What’s a singular achievement you’ve accomplished that could help you stand out in a stack of resumes?

If you were Employee of the Month, that goes on your resume.

If you were the first to be certified in a specific computer training program, say so.

And, include an example of an uncommon hobby or involvement in a favorite cause/philanthropy.

If you compete in triathlons, add it to the resume.  Who knows? Maybe the interviewer is an athlete and will feel enough of a common bond to call you in.

In fact, an author client landed a big-name literary agent  by doing just this.

I advised Leslie Charles, (author of Why Is Everyone So Cranky?) to include under Credentials on her book proposal that she rode dressage.

She asked, “But Sam, that has nothing to do with my book. Why would I include that?”

I smiled and said, “Because the agent you want to work with rides dressage.”

This agent handled several best-selling authors in the non-fiction genre and wasn’t really looking for new clients. However, she and Leslie “clicked” while discussing horses and dressage and Leslie ended up working with her and getting a 6-figure deal for her book with a major publisher.

So, look over your current resume and job application.

What POP!s out? What gives it a “human” element that would give an interviewer a good reason to want to interview you?

What intriguing achievement, personal mission, heartfelt hobby, or uncommon interest could help you stand out from the crowd of candidates?

If you’d like more ways to POP! your job search, career, communication and success, check back for Part II of this series on the 3 Best Ways to POP! Your Job Search.   Or, subscribe to receive them automatically.

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“When someone’s impatient and says, ‘I haven’t got all day,’ I always wonder, ‘How can that be? How can you not have all day?'” – comedian George Carlin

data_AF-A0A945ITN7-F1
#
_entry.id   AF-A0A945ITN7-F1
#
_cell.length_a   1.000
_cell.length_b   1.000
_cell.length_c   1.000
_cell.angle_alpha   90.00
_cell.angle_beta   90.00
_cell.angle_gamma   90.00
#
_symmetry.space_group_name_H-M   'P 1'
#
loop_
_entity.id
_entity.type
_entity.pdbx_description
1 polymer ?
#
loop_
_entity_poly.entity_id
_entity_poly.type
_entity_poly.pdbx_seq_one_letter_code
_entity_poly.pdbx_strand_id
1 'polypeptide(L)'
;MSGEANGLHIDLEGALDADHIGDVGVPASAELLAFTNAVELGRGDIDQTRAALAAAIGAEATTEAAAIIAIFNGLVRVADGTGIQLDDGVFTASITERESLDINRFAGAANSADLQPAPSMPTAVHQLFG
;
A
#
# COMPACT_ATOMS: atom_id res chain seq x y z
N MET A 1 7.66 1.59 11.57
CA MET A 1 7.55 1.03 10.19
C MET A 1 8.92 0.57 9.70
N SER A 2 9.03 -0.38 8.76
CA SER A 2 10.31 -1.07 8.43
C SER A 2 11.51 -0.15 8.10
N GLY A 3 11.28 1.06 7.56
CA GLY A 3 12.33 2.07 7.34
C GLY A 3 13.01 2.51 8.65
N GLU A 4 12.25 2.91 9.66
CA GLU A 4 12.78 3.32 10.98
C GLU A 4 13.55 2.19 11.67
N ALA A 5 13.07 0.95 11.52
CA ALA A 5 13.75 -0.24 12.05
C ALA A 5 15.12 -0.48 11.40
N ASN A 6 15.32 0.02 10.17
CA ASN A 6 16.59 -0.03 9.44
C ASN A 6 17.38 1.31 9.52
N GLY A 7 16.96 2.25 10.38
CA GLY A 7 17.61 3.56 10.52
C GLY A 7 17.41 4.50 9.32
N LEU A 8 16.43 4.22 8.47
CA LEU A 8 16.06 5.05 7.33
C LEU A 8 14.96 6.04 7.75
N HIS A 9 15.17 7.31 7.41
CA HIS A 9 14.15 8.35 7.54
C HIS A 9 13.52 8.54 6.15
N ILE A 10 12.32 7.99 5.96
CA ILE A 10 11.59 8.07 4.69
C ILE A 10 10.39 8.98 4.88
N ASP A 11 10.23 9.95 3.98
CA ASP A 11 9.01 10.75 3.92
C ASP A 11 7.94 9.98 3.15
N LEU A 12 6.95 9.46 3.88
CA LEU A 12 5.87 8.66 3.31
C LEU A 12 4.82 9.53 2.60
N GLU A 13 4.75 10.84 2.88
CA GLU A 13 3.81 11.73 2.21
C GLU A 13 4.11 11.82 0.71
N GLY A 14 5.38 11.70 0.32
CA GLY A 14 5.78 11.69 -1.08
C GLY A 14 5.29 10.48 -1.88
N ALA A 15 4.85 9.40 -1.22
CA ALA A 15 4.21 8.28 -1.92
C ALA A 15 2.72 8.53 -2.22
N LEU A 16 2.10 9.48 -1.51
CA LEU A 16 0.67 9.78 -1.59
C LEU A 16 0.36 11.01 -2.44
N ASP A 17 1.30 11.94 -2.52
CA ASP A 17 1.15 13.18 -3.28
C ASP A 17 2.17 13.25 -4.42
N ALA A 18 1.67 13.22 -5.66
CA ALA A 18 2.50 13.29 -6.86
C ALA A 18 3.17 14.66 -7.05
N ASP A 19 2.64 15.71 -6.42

George had it right the first time.

We DON’T have all day to convince people we’re worth listening to.

Busy decision-makers make up their minds in minutes whether we’re a good investment of their time and mind.

That’s why it’s up to you to distill your pitch down to 10 slides.

Yes, I said 10 slides.

If you roll out a 30, 40, or 50+ power point slide deck (don’t laugh, I’ve seen them and, unfortunately, sat through some) … investors are already rolling their eyes and getting out their smart phones.

You do not want to add to the epidemic of INFO-BESITY

I’ve had the privilege of working with hundreds of entrepreneurs on their pitches .. and we always distill their pitch into a crisp, convincing 10 slide, 10 minute format that thrills potential investors because it concisely and compellingly addresses what they need to know to make a decision.

Here are just a few of the criteria I use when designing a to-the-point pitch that will win buy-in to my client’s idea, venture, product launch or start-up. Hope you find them useful.

1. Anticipate and Address Objections:

Investors can be “Doubting Thomas’s.” Ask yourself, “Why would they say no?” and then say it early on. If you don’t address their objections in the beginning, they won’t be listening; they’ll be waiting for you to stop talking so they can tell you why your idea won’t work. Neutralize resistance by naming it . . . first.

2. Title Each Slide with the Main Point and Turn Some Titles into Questions

Don’t force investors to try to figure out the most important take-away. They can’t give you their undivided attention if they’re distracted or confused by an unclear slide. Ask yourself, “What’s the primary point of this slide – what do I want them to remember?” and then feature it on top so everyone gets the point.

Posing questions with your title and then answering it with your content turns your pitch into a two-way dialogue instead of a one-way monologue. Voicing what the group is thinking and articulating what’s on their mind – and then responding to that turns your pitch into an conversation vs. a lecture.

3. State the Problem(s) Your Business Solves:

Exactly how does your business solve an existing problem of your target audience in a unique or more efficient, profitable way? Reference a respected publication (WSJ? IBD?) that reveals a dramatic statistic, a recent study result, or a survey that attests to the size/scope of the problem or need you’re addressing. Specify how your solution is better than the competition or is addressing this problem in a revolutionary, first-of-its-kind way. What metrics can you provide that prove the urgency of this issue or the rapid growth of this demographic?

4. Show Them the Money: